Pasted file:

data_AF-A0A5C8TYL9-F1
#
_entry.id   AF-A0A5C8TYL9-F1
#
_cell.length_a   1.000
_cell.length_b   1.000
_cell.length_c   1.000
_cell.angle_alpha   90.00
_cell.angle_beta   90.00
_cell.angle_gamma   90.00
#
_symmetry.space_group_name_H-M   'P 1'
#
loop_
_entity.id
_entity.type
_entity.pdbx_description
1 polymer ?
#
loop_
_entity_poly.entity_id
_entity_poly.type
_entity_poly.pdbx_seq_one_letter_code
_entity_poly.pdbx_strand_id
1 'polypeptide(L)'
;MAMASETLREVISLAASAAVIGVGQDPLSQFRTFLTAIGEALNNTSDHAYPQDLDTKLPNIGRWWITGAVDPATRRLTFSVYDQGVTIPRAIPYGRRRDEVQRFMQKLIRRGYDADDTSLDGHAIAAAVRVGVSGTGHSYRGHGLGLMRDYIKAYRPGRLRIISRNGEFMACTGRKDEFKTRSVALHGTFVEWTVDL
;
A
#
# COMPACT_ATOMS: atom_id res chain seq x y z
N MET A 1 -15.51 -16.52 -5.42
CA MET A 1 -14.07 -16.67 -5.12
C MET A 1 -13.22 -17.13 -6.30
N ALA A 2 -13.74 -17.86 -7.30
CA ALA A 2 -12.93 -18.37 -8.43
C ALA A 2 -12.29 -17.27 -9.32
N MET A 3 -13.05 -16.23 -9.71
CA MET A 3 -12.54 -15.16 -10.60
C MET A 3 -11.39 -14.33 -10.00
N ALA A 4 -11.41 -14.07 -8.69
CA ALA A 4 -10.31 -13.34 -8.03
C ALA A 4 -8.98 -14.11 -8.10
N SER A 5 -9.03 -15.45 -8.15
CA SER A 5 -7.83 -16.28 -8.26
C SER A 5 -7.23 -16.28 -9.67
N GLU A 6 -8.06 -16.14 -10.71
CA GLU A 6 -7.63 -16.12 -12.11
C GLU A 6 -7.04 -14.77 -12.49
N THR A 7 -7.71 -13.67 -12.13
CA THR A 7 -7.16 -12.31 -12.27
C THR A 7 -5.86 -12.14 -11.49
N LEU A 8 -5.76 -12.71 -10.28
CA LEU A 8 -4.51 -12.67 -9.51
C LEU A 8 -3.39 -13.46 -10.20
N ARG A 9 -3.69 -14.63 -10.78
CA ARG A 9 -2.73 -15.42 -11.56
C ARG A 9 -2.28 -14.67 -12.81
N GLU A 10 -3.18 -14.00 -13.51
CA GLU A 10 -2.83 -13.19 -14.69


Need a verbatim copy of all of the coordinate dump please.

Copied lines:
data_AF-A0A5C8TYL9-F1
#
_entry.id   AF-A0A5C8TYL9-F1
#
_cell.length_a   1.000
_cell.length_b   1.000
_cell.length_c   1.000
_cell.angle_alpha   90.00
_cell.angle_beta   90.00
_cell.angle_gamma   90.00
#
_symmetry.space_group_name_H-M   'P 1'
#
loop_
_entity.id
_entity.type
_entity.pdbx_description
1 polymer ?
#
loop_
_entity_poly.entity_id
_entity_poly.type
_entity_poly.pdbx_seq_one_letter_code
_entity_poly.pdbx_strand_id
1 'polypeptide(L)'
;MAMASETLREVISLAASAAVIGVGQDPLSQFRTFLTAIGEALNNTSDHAYPQDLDTKLPNIGRWWITGAVDPATRRLTFSVYDQGVTIPRAIPYGRRRDEVQRFMQKLIRRGYDADDTSLDGHAIAAAVRVGVSGTGHSYRGHGLGLMRDYIKAYRPGRLRIISRNGEFMACTGRKDEFKTRSVALHGTFVEWTVDL
;
A
#
# COMPACT_ATOMS: atom_id res chain seq x y z
N MET A 1 -15.51 -16.52 -5.42
CA MET A 1 -14.07 -16.67 -5.12
C MET A 1 -13.22 -17.13 -6.30
N ALA A 2 -13.74 -17.86 -7.30
CA ALA A 2 -12.93 -18.37 -8.43
C ALA A 2 -12.29 -17.27 -9.32
N MET A 3 -13.05 -16.23 -9.71
CA MET A 3 -12.54 -15.16 -10.60
C MET A 3 -11.39 -14.33 -10.00
N ALA A 4 -11.41 -14.07 -8.69
CA ALA A 4 -10.31 -13.34 -8.03
C ALA A 4 -8.98 -14.11 -8.10
N SER A 5 -9.03 -15.45 -8.15
CA SER A 5 -7.83 -16.28 -8.26
C SER A 5 -7.23 -16.28 -9.67
N GLU A 6 -8.06 -16.14 -10.71
CA GLU A 6 -7.63 -16.12 -12.11
C GLU A 6 -7.04 -14.77 -12.49
N THR A 7 -7.71 -13.67 -12.13
CA THR A 7 -7.16 -12.31 -12.27
C THR A 7 -5.86 -12.14 -11.49
N LEU A 8 -5.76 -12.71 -10.28
CA LEU A 8 -4.51 -12.67 -9.51
C LEU A 8 -3.39 -13.46 -10.20
N ARG A 9 -3.69 -14.63 -10.78
CA ARG A 9 -2.73 -15.42 -11.56
C ARG A 9 -2.28 -14.67 -12.81
N GLU A 10 -3.18 -14.00 -13.51
CA GLU A 10 -2.83 -13.19 -14.69